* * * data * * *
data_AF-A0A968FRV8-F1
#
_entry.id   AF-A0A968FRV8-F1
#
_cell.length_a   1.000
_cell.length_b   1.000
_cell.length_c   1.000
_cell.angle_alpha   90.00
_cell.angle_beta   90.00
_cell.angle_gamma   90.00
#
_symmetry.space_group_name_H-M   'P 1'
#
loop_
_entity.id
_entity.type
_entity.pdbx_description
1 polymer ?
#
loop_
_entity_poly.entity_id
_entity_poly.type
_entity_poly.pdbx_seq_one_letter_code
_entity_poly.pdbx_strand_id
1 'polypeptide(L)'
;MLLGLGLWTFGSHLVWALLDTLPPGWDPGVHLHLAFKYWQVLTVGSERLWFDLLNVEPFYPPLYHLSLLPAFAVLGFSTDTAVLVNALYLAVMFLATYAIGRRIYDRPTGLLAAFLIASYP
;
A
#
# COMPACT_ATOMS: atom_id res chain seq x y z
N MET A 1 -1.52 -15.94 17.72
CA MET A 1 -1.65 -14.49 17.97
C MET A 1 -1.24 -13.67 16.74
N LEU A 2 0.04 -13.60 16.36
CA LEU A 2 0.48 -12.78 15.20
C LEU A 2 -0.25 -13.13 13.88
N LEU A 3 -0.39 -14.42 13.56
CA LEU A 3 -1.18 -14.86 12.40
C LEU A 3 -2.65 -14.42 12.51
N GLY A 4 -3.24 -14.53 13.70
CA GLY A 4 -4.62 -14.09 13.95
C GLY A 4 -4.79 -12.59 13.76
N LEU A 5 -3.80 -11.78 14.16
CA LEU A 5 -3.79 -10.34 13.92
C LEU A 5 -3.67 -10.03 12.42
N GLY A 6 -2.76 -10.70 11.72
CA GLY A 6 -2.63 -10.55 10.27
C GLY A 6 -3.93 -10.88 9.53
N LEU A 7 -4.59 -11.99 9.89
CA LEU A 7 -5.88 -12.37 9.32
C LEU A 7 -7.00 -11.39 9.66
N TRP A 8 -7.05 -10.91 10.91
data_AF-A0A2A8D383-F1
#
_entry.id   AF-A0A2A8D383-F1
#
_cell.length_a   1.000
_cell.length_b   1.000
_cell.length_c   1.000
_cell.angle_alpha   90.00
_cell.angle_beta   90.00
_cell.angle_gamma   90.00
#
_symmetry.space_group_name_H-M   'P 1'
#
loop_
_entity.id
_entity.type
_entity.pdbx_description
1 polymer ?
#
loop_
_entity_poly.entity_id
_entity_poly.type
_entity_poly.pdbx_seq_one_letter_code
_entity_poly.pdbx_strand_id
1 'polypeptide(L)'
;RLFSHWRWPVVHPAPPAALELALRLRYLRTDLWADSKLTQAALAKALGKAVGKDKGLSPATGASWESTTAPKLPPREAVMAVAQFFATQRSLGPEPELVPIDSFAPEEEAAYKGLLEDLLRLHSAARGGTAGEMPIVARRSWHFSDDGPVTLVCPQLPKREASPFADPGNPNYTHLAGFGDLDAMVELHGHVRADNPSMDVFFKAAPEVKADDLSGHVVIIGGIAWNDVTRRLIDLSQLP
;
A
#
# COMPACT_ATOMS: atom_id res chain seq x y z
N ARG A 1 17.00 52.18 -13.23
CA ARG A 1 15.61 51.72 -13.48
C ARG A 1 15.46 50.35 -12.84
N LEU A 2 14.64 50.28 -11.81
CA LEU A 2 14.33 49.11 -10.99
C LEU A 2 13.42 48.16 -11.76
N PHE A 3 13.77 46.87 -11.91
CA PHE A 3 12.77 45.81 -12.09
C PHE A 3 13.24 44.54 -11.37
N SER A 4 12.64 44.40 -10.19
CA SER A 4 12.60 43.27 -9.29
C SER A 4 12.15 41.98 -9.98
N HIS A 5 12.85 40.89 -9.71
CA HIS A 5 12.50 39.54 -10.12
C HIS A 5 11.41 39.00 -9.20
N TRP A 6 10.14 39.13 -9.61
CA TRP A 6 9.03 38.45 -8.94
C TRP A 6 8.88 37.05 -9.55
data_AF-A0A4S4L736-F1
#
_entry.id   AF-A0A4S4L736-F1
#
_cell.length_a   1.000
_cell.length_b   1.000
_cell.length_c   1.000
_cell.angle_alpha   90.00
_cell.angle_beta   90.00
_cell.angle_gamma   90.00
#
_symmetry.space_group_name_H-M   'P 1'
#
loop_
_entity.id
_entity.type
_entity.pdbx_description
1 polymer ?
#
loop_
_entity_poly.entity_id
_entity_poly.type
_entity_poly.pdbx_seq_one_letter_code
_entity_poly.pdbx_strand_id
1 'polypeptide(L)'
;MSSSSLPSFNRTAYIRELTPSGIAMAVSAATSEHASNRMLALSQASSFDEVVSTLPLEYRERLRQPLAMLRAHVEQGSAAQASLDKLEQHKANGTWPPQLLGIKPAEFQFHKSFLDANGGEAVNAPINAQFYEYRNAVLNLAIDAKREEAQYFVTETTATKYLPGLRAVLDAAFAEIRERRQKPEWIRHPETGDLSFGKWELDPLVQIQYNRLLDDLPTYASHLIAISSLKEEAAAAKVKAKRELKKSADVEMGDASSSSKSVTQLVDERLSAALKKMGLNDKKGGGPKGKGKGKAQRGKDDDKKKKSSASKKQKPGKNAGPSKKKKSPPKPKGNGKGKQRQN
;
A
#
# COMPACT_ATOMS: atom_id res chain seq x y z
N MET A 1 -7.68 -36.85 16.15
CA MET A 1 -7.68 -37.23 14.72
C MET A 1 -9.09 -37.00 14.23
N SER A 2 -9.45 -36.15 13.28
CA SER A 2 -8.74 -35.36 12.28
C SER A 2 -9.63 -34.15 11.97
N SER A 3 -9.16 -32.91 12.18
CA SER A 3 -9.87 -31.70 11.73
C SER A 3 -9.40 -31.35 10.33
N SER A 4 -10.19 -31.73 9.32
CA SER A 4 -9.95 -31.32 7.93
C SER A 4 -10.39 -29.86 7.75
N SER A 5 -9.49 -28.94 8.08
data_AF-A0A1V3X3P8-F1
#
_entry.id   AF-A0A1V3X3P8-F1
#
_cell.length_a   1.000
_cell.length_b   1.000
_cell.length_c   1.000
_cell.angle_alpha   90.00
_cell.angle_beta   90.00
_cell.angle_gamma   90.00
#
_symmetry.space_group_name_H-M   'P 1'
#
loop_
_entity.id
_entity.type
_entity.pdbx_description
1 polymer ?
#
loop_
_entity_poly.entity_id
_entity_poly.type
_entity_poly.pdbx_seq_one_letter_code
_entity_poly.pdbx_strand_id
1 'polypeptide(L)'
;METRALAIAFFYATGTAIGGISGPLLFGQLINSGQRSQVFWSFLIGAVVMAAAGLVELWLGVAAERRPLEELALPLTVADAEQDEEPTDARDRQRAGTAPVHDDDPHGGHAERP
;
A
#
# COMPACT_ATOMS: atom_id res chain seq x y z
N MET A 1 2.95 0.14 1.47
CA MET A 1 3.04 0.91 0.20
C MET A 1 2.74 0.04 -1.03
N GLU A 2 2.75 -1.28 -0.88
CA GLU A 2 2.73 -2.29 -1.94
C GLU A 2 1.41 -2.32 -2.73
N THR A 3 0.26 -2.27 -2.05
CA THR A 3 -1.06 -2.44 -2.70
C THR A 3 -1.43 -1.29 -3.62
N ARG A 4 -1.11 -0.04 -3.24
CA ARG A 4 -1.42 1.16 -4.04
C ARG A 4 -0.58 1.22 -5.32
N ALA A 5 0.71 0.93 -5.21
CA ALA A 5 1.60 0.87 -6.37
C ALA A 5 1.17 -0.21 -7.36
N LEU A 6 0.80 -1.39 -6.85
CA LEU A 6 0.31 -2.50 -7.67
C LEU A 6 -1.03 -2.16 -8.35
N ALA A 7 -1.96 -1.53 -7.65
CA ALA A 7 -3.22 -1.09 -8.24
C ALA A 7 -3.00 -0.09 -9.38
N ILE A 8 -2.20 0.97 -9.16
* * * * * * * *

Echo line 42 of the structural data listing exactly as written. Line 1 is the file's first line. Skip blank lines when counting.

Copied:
C GLY A 4 -4.79 -12.59 13.76